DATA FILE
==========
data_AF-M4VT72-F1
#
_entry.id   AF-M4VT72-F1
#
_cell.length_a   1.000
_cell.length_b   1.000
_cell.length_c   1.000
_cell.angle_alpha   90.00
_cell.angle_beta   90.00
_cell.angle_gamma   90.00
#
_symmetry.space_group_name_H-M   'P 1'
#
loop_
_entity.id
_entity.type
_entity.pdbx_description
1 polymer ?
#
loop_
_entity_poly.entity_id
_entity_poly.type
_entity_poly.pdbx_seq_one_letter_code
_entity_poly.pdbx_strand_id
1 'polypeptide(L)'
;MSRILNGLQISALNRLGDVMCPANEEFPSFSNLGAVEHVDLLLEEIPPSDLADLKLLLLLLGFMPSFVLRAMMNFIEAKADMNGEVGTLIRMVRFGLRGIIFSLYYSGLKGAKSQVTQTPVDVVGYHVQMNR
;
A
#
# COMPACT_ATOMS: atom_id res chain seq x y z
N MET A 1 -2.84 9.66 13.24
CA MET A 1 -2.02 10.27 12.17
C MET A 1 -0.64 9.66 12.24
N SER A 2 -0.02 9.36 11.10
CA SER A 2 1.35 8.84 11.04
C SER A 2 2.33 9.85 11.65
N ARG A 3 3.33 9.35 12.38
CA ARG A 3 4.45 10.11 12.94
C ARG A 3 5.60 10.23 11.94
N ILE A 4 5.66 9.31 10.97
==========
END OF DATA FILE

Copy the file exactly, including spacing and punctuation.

data_AF-M4VT72-F1
#
_entry.id   AF-M4VT72-F1
#
_cell.length_a   1.000
_cell.length_b   1.000
_cell.length_c   1.000
_cell.angle_alpha   90.00
_cell.angle_beta   90.00
_cell.angle_gamma   90.00
#
_symmetry.space_group_name_H-M   'P 1'
#
loop_
_entity.id
_entity.type
_entity.pdbx_description
1 polymer ?
#
loop_
_entity_poly.entity_id
_entity_poly.type
_entity_poly.pdbx_seq_one_letter_code
_entity_poly.pdbx_strand_id
1 'polypeptide(L)'
;MSRILNGLQISALNRLGDVMCPANEEFPSFSNLGAVEHVDLLLEEIPPSDLADLKLLLLLLGFMPSFVLRAMMNFIEAKADMNGEVGTLIRMVRFGLRGIIFSLYYSGLKGAKSQVTQTPVDVVGYHVQMNR
;
A
#
# COMPACT_ATOMS: atom_id res chain seq x y z
N MET A 1 -2.84 9.66 13.24
CA MET A 1 -2.02 10.27 12.17
C MET A 1 -0.64 9.66 12.24
N SER A 2 -0.02 9.36 11.10
CA SER A 2 1.35 8.84 11.04
C SER A 2 2.33 9.85 11.65
N ARG A 3 3.33 9.35 12.38
CA ARG A 3 4.45 10.11 12.94
C ARG A 3 5.60 10.23 11.94
N ILE A 4 5.66 9.31 10.97